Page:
Designing the practical and emotional Life in Space | Discussion


Curated by Annie Markitanis, Director of the Milano Design Film Festival Greece & Cyprus in collaboration with Institut Français de Grèce within the frame of the Milano Design Film Festival Greece—Athens Prelaunch mini-event series

(The discussion was streamed live from the Auditorium “Theo Angelopoulos in English, Greek and French)


Guest Speakers

Dr. Adrianos Golemis, Flight Surgeon, Space Medicine Team (HRE-OM),
ISS – Operations and Astronaut Group (HRE-O), Director of Human and Robotic Exploration Programmes (D/ HRE)

Xavier De Kestelier, Architect, Technologist, Head of Design Technology & Innovation at Hassell Studio, Director of Smartgeometry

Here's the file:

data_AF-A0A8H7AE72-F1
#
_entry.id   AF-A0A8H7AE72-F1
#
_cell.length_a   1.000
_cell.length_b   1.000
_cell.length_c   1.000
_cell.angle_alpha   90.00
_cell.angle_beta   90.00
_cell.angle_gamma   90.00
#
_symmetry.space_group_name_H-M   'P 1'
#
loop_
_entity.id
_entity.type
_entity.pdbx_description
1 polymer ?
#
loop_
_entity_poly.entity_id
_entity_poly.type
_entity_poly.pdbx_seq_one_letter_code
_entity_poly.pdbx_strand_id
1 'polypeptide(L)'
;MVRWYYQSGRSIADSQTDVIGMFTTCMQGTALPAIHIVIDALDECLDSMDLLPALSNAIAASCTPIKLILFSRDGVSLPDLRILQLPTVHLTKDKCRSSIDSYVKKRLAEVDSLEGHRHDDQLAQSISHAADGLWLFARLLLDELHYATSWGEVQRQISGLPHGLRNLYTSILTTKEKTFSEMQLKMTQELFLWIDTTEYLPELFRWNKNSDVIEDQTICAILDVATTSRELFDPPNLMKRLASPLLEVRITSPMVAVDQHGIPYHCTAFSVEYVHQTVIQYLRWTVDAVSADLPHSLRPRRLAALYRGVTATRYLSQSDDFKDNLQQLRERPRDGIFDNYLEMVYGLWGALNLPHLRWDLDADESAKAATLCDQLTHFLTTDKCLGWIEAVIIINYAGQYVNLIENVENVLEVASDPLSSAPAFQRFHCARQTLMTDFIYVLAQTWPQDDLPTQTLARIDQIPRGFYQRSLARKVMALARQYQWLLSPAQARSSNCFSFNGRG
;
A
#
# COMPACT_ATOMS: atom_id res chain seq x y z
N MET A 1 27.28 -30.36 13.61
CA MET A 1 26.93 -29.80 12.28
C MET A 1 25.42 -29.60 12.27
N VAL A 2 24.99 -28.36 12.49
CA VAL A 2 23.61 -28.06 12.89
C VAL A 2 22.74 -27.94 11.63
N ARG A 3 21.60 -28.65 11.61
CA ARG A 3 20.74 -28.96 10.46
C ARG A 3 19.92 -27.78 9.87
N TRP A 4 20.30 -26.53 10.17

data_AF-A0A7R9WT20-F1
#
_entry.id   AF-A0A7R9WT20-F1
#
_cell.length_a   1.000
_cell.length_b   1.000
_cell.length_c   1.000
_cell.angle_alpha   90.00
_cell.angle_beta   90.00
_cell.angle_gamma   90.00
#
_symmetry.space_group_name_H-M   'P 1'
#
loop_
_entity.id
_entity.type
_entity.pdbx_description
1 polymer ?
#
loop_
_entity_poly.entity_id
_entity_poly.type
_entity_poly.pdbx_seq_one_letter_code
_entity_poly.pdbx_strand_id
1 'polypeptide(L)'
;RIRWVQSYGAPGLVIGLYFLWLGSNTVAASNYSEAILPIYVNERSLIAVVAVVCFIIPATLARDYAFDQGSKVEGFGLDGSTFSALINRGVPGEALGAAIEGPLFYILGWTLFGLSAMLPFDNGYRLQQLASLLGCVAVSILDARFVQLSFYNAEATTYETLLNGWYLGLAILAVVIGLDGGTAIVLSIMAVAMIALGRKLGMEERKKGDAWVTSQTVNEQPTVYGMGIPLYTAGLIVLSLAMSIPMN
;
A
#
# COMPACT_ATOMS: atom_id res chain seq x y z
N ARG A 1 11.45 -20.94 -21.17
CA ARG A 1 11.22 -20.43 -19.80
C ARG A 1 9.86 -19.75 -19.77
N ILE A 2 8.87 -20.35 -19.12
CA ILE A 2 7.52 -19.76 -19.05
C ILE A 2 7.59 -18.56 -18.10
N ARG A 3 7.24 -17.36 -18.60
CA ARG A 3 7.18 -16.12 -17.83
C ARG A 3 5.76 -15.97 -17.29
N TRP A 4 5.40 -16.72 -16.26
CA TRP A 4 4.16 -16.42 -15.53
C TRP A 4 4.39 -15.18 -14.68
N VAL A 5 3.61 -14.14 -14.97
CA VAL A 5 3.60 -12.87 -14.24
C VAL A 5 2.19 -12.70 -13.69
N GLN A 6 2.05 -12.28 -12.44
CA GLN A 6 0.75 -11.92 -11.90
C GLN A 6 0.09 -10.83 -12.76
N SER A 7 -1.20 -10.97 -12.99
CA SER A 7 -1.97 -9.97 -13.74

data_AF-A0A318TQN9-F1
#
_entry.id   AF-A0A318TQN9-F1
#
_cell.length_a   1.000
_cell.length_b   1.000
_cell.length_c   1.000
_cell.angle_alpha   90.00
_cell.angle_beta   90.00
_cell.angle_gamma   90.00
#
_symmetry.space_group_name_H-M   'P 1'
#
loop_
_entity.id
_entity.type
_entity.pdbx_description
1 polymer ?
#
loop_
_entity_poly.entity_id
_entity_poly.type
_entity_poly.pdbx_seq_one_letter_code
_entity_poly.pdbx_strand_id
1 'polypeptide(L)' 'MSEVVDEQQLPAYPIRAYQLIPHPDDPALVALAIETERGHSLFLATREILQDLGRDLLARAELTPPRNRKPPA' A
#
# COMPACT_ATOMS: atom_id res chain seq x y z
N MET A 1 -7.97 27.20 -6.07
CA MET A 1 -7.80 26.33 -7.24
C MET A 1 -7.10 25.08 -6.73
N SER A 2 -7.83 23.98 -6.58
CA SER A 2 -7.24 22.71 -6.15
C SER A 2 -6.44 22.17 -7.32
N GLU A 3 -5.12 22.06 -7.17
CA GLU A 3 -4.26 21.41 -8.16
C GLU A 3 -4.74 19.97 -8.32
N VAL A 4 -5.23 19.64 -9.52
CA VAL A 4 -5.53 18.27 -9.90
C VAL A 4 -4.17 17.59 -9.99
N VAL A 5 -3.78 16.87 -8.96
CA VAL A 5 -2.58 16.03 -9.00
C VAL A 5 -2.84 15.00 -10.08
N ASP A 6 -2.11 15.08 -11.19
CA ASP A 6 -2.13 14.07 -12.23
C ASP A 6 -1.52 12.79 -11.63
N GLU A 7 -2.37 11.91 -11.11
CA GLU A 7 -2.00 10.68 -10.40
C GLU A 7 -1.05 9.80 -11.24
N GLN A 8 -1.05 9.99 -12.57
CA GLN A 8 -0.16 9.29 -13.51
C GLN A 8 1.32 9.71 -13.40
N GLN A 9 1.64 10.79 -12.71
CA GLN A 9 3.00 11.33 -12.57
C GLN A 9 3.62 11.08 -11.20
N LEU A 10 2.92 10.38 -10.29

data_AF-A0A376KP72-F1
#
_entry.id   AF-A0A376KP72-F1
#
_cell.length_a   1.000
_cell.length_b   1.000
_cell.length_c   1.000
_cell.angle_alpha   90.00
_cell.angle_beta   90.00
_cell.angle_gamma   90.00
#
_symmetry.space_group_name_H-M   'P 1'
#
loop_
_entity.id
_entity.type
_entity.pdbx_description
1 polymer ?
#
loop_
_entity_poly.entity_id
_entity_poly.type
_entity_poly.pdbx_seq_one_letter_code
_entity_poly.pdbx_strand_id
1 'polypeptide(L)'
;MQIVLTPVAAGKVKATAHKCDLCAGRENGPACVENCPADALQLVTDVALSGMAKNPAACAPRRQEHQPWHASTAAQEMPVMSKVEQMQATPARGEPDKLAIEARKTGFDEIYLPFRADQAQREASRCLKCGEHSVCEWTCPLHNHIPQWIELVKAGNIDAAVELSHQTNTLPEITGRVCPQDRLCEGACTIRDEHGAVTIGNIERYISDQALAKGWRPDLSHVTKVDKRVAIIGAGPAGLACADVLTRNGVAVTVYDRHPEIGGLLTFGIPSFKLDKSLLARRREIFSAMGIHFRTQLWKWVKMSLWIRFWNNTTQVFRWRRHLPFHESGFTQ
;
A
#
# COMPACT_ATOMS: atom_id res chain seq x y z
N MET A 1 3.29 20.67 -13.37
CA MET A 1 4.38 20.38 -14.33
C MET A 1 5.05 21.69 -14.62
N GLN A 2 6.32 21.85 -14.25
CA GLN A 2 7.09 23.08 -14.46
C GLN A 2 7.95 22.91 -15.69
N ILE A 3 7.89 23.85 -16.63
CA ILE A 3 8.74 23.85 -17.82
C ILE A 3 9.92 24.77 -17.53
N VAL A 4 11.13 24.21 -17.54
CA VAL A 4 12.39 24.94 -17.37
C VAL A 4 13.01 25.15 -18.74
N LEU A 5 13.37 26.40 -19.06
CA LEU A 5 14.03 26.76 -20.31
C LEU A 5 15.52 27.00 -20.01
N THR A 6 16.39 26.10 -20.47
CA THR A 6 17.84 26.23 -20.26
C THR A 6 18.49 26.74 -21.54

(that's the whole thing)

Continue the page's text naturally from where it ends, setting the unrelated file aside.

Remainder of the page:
George Lordos, PhD Candidate, Department of Aeronautics and Astronautics at Massachusetts Institute of Technology | MIT

Dr. Alexandros Lordos, PhD Director, Centre for the Study of Life Skills
and Resilience Lecturer in Clinical Psychology, Department of Psychology, University of Cyprus



Dr. Ioannis Daglis, Professor of Space Physics, University of Athens, President of the Hellenic Space Center, Director of the Observatory of the University of Athens

Annie Markitanis, Director of the Milano Design Film Festival Greece & Cyprus


Special Thanks

Tatiana Kouppa, Architect & Co-Founder of Delta Architects

Daniel Gava, Brand Strategy Advisor, London


Building a Mars Base is a horrible idea. Let’s Do It!